Massively on the Go: Pokemon Go’s latest interview is light on answers and heavy on spin

    
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In our many years of coverage of Pokemon Go, we’ve found it’s been pretty common for Niantic to issue unclear announcements, and one-on-one interviews with the company have been scarce. But a recent interview the company gave Eurogamer demonstrates precisely why the company is probably at its best when it’s not being interviewed.

Author Tom Phillips asked genuinely good questions, such as whether the Safari Park hybrids are going to be any different from the event already given and its original plan, where is Kecleon, why the company pushed more not-related-to-Pokemon AR task features when players still don’t understand how they benefit us, or what happened to the October Developer Diary we were promised during Niantic’s sorry-we-ignored-our-community September “reveal.” Not one of these questions was answered clearly, and some were not answered at all. While players are already seeing why Niantic didn’t want to talk about Liverpool (yay for event nerfs and missing features), the future is not looking very bright.

Niantic shares no new details about its plans for POGO, attempts to wax poetic about its own greatness, and plugs its tech without explaining how it benefits players. Eurogamer conducted one of the few Q&As that clearly demonstrates it was asking the questions the community wants to hear, but bafflingly, Niantic failed to provide reasonable answers, not just on future content but on the state of the game.

Nowhere else in the interview is this more apparent than talk about the new Pokestop Powering up feature, which effectively asks players to act as Google Street Data Collectors for no pay as they attempt to temporarily unnerf a Pokestop whose radius has been knocked down to the 40 meters that got Niantic in trouble in the first place. The feature is being tested, and there are other bonuses, but early tests and general distrust of Niantic’s data collection seems to indicate players aren’t having it. The studio tried to dodge the question, but Eurogamer pressed on:

Eurogamer: I get that, and of course, Niantic has big plans for the future of AR which are fascinating. But I’ve also seen comments from Pokémon Go players now who aren’t sure what this may add to the game for them now, beyond the PokéStop bonuses it immediately unlocks.

Michael Sterenka: The way we’ve always approached our AR features in Pokémon Go is more of an optional approach, right? For example, Go Snapshot, you don’t have to spend your time setting your phone into AR mode and taking photos of Pokémon. But we see thousands of players around the world who really love that feature, and their Pokémon GO experiences going to their local park or the downtown area and setting up a fun AR multiplayer photoshoot with their Pokémon. So these types of features – we totally understand – are not the types of features that every player is going to gravitate to immediately. But we do think that the augmented reality possibilities that can be unlocked in the future, by leveraging a 3D map of the world is something all Pokémon GO players are actually going to love, once we’re able to to fully actualise that concept. And again, I think what I would be excited about as a Pokémon Go player isn’t necessarily what’s right here and now in augmented reality, but it’s knowing that in the years to come, there will be that paradigm shift. Augmented reality is going to be the type of technology that is just seamlessly integrated into our daily lives and when that happens, it’ll be great to know Pokémon GO can continue along with you on on that journey.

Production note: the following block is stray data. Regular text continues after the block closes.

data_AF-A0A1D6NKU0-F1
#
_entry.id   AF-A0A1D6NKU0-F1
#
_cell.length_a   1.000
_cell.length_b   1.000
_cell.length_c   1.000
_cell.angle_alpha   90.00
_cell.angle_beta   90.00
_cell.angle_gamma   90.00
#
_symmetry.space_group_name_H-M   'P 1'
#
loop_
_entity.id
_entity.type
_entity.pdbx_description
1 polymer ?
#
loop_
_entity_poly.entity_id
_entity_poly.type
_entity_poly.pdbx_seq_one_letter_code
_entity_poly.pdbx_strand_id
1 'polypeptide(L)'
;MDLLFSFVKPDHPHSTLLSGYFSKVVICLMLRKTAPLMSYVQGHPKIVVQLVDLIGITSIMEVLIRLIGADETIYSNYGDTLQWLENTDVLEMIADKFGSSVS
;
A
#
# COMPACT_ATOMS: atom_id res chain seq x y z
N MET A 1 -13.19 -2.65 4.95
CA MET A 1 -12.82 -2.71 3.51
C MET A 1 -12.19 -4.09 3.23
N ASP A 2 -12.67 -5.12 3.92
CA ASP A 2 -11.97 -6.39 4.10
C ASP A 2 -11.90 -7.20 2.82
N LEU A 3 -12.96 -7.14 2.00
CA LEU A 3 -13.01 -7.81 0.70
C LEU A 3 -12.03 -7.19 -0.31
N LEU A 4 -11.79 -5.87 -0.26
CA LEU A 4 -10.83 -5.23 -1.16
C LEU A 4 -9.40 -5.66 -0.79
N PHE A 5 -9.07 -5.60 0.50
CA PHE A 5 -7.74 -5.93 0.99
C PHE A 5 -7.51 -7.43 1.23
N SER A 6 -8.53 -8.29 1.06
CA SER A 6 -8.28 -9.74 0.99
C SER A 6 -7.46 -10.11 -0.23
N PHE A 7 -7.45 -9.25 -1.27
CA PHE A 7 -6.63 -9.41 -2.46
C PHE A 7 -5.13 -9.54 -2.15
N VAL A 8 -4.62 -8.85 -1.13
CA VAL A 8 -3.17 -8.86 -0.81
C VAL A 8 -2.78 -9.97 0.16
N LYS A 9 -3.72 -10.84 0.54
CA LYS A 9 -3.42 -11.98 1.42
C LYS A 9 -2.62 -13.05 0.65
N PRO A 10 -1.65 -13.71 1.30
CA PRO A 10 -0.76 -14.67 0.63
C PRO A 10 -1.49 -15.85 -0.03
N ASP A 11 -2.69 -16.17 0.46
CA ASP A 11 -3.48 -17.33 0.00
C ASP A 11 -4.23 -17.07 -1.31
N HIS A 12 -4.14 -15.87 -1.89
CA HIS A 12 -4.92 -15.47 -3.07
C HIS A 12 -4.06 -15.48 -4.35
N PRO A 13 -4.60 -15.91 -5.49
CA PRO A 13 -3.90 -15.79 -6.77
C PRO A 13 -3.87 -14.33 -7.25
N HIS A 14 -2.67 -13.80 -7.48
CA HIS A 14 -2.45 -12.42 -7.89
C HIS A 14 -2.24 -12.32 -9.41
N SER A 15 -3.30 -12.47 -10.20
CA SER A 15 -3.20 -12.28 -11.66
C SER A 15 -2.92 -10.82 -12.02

“Thousands of players” in a game with at least 800,000 players who are active daily sounds like a fraction of a percent. I suspect many of them are either influencers or are attempting to be influencers, since no players I know report getting the multiplayer photoshoot option to work. The few times I’ve done it have cost me 20 minutes or more for work. Niantic’s AR modes are frequently glut features nearly all players turn off or outright ignore.

But AR scans in particular are problematic, as Niantic has once again given the players no promise as to what we can do with it. At best, we’ve seen pokemon can follow us as we wear some special glasses. Maybe feed it a berry. Tech demo stuff.

In practice, the currently live AR catching mode remains turned off for every single player I have met since the mode released, and that was well before COVID. The idea that the company is asking players to do more free work for them that doesn’t even involve Pokemon only furthers the idea that Niantic’s true business is selling the data you give it – an impression it could counter if it would just give straightforward answers to the press and players asking reasonable questions.

Massively OP’s Andrew Ross is an admitted Pokemon geek and expert ARG-watcher. Nobody knows Niantic and Nintendo like he does! His Massively on the Go column covers Pokemon Go as well as other mobile MMOs and augmented reality titles!
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elenie

Unfortunately I don’t think Niantic could counter the impression that it’s just using its players, because it’s factual IMO – I have been playing PoGO for a few years on and off and Niantic really don’t do a good job pretending they care about players other than what they might pay, and how they might be otherwise monetised. By all accounts they’re a terrible employer too.

For me the big draw in PoGO is geolocation play, creature capturing (and ideally breeding) and sending neat gifts to people all around the globe, but I am really waiting for a similar game made by a slightly more player friendly company.